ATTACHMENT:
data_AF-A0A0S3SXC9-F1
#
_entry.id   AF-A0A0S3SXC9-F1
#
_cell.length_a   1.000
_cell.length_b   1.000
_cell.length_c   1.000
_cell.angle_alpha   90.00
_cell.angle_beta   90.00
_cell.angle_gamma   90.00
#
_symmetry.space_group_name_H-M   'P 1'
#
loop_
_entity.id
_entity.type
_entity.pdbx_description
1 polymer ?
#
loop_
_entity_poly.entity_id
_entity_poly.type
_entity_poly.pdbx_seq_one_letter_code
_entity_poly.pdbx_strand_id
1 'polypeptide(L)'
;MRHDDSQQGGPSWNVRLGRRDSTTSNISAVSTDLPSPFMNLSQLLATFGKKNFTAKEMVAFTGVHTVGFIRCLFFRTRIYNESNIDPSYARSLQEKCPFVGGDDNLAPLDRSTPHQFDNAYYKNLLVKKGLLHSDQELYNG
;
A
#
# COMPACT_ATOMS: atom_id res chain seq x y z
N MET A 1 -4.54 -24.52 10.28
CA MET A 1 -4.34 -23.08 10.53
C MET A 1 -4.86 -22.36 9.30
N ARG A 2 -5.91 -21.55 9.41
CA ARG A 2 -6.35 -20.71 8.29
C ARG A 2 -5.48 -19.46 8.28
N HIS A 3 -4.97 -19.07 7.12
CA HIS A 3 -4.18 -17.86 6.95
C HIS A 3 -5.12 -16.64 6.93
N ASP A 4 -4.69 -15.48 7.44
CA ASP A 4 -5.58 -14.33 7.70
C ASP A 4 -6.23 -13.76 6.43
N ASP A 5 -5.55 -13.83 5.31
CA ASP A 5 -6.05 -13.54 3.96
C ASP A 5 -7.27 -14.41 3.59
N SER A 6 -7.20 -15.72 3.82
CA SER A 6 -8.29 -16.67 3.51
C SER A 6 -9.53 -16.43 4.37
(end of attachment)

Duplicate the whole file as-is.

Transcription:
data_AF-A0A0S3SXC9-F1
#
_entry.id   AF-A0A0S3SXC9-F1
#
_cell.length_a   1.000
_cell.length_b   1.000
_cell.length_c   1.000
_cell.angle_alpha   90.00
_cell.angle_beta   90.00
_cell.angle_gamma   90.00
#
_symmetry.space_group_name_H-M   'P 1'
#
loop_
_entity.id
_entity.type
_entity.pdbx_description
1 polymer ?
#
loop_
_entity_poly.entity_id
_entity_poly.type
_entity_poly.pdbx_seq_one_letter_code
_entity_poly.pdbx_strand_id
1 'polypeptide(L)'
;MRHDDSQQGGPSWNVRLGRRDSTTSNISAVSTDLPSPFMNLSQLLATFGKKNFTAKEMVAFTGVHTVGFIRCLFFRTRIYNESNIDPSYARSLQEKCPFVGGDDNLAPLDRSTPHQFDNAYYKNLLVKKGLLHSDQELYNG
;
A
#
# COMPACT_ATOMS: atom_id res chain seq x y z
N MET A 1 -4.54 -24.52 10.28
CA MET A 1 -4.34 -23.08 10.53
C MET A 1 -4.86 -22.36 9.30
N ARG A 2 -5.91 -21.55 9.41
CA ARG A 2 -6.35 -20.71 8.29
C ARG A 2 -5.48 -19.46 8.28
N HIS A 3 -4.97 -19.07 7.12
CA HIS A 3 -4.18 -17.86 6.95
C HIS A 3 -5.12 -16.64 6.93
N ASP A 4 -4.69 -15.48 7.44
CA ASP A 4 -5.58 -14.33 7.70
C ASP A 4 -6.23 -13.76 6.43
N ASP A 5 -5.55 -13.83 5.31
CA ASP A 5 -6.05 -13.54 3.96
C ASP A 5 -7.27 -14.41 3.59
N SER A 6 -7.20 -15.72 3.82
CA SER A 6 -8.29 -16.67 3.51
C SER A 6 -9.53 -16.43 4.37